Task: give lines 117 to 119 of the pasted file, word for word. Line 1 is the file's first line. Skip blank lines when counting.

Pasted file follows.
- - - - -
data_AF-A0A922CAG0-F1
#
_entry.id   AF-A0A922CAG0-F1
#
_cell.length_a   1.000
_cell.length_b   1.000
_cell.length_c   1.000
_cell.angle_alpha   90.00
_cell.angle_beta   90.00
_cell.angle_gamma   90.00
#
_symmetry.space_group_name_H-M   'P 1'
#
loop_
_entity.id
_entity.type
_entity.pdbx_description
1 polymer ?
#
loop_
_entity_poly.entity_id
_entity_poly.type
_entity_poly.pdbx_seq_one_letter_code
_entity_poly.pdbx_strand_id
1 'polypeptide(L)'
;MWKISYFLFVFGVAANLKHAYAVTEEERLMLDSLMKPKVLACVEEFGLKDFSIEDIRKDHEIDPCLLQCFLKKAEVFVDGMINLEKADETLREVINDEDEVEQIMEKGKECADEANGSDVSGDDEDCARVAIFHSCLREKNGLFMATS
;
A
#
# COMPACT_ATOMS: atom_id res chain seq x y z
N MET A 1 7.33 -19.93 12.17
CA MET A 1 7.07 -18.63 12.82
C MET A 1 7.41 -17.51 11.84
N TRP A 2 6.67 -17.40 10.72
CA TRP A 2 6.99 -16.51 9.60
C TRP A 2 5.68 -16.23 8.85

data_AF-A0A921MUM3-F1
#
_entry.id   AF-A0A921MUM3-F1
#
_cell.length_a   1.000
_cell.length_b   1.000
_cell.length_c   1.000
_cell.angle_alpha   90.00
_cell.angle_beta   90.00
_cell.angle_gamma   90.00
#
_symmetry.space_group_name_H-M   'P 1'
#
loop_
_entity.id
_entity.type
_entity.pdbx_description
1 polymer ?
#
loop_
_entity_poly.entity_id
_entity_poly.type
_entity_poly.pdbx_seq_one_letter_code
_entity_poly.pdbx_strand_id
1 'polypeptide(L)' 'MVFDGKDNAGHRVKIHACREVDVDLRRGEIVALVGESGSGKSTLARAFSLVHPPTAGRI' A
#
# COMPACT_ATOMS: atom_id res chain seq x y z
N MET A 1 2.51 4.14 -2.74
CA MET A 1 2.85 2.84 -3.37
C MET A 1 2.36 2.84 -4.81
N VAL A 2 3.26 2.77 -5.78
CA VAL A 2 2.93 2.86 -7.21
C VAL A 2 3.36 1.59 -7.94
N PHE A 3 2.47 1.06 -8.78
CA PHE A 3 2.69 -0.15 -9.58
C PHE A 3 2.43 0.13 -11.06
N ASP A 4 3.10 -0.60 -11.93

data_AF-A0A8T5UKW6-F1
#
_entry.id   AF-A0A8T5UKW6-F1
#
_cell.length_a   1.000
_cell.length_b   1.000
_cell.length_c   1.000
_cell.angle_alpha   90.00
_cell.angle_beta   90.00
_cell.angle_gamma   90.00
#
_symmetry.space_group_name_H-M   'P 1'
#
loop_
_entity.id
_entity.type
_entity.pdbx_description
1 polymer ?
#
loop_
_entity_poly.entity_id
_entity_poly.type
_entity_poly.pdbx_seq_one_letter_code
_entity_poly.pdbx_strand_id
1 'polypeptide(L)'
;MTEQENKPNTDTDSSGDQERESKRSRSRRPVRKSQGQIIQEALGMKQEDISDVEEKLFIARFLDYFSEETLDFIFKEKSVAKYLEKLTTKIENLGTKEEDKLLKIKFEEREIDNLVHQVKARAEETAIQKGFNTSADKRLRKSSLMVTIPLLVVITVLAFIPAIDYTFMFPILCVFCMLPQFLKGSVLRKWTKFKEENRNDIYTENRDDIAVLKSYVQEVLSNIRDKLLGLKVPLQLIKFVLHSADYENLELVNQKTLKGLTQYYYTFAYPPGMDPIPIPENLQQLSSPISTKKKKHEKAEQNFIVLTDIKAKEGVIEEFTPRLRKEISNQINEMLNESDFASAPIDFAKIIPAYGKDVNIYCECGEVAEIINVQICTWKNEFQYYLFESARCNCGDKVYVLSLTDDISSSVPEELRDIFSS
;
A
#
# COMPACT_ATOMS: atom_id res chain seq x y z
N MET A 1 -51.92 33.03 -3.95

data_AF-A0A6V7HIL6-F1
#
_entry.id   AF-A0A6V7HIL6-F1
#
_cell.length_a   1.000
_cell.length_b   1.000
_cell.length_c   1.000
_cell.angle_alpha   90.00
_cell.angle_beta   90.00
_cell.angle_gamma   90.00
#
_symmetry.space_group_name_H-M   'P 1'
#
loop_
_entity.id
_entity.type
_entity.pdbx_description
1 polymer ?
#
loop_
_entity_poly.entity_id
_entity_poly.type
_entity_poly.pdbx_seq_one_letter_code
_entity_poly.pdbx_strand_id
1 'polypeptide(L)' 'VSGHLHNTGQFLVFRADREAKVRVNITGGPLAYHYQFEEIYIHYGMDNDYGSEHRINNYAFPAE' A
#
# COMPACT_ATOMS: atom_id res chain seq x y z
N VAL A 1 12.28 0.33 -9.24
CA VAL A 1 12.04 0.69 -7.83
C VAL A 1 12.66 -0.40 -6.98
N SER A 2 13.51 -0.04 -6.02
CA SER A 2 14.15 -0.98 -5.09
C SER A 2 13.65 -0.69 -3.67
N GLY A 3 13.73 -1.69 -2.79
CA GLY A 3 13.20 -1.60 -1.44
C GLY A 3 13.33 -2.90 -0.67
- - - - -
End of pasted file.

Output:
#
loop_
_entity.id